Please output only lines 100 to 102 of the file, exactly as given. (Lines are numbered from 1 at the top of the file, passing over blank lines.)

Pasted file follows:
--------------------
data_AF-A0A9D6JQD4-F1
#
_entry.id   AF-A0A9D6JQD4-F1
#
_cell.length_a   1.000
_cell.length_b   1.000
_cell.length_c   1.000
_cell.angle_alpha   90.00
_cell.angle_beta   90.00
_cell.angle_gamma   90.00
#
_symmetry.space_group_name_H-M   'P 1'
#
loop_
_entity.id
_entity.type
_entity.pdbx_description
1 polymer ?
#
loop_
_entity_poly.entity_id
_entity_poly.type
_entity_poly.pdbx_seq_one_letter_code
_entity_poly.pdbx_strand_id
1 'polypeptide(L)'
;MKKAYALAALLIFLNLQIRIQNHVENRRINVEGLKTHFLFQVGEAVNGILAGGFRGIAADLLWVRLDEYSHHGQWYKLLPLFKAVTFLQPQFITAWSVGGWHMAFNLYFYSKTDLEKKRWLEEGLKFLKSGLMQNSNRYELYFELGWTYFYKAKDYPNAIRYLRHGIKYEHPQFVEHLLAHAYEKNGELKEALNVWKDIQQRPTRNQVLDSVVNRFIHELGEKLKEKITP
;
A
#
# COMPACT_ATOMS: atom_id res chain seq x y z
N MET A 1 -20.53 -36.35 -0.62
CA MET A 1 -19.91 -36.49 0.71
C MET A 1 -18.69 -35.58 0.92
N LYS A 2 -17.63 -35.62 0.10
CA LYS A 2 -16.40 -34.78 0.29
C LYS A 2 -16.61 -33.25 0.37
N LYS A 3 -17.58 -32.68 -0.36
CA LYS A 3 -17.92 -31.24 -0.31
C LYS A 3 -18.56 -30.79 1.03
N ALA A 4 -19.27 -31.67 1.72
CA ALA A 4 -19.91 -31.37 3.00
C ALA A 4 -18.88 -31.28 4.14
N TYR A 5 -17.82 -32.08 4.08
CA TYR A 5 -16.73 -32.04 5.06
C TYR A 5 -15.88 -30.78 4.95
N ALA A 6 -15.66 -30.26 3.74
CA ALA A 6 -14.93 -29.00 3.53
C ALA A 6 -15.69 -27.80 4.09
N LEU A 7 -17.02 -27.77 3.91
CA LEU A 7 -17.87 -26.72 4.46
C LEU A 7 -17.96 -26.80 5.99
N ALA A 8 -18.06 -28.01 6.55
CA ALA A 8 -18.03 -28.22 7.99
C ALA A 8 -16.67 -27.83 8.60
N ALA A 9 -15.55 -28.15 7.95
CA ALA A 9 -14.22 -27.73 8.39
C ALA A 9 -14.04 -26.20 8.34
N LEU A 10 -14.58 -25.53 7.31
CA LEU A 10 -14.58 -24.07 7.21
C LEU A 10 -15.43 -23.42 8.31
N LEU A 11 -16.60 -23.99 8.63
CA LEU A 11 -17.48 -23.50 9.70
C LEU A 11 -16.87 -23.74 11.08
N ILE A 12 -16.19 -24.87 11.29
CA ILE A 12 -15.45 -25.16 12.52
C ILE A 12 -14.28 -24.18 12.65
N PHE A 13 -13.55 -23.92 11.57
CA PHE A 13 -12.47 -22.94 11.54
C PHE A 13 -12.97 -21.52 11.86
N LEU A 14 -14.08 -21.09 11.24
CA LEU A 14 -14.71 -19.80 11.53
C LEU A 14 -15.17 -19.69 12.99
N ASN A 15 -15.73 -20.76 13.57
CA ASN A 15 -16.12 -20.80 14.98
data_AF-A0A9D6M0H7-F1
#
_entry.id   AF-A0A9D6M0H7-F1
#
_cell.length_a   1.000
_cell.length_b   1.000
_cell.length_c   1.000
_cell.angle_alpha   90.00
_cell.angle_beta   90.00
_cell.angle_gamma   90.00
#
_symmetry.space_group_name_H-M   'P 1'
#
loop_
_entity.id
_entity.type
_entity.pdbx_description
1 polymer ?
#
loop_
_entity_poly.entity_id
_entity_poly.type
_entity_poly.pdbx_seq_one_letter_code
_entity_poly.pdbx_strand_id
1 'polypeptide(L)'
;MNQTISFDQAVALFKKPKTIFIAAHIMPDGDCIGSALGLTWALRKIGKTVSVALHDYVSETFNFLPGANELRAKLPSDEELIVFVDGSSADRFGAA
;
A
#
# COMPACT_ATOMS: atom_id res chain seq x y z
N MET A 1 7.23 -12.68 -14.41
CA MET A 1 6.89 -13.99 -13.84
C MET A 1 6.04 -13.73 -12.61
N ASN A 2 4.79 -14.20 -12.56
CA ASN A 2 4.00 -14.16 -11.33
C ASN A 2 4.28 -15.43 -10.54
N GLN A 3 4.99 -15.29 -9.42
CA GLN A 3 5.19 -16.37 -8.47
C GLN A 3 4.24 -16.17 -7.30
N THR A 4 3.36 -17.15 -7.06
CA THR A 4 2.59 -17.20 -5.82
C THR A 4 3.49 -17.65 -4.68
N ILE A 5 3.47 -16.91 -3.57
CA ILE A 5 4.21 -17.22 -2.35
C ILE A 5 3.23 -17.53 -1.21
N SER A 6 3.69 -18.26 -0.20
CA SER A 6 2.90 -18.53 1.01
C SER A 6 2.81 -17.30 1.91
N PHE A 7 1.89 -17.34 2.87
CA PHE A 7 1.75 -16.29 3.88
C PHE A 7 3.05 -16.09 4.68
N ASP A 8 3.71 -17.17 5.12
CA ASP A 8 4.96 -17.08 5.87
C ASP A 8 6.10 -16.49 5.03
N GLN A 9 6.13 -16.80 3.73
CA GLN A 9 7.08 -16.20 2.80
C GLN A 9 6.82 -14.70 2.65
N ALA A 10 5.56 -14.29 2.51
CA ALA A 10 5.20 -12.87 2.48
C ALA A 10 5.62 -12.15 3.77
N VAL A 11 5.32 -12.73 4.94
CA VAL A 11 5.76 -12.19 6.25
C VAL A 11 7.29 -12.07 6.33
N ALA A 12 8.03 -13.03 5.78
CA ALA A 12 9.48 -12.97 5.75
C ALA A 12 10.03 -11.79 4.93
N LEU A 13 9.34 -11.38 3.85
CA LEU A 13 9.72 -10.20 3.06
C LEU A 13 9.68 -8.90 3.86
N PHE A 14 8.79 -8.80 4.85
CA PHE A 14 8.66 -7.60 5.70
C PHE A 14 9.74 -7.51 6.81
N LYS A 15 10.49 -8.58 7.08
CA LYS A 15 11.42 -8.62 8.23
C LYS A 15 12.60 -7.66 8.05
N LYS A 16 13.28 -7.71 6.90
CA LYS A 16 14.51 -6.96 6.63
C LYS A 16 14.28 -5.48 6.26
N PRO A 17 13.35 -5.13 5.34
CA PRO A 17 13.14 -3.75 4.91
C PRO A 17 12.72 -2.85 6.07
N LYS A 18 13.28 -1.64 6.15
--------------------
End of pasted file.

;MNQTISFDQAVALFKKPKTIFIAAHIMPDGDCIGSALGLTWALRKIGKTVSVALHDYVSETFNFLPGANELRAKLPSDEELIVFVDGSSADRFGAA
;
A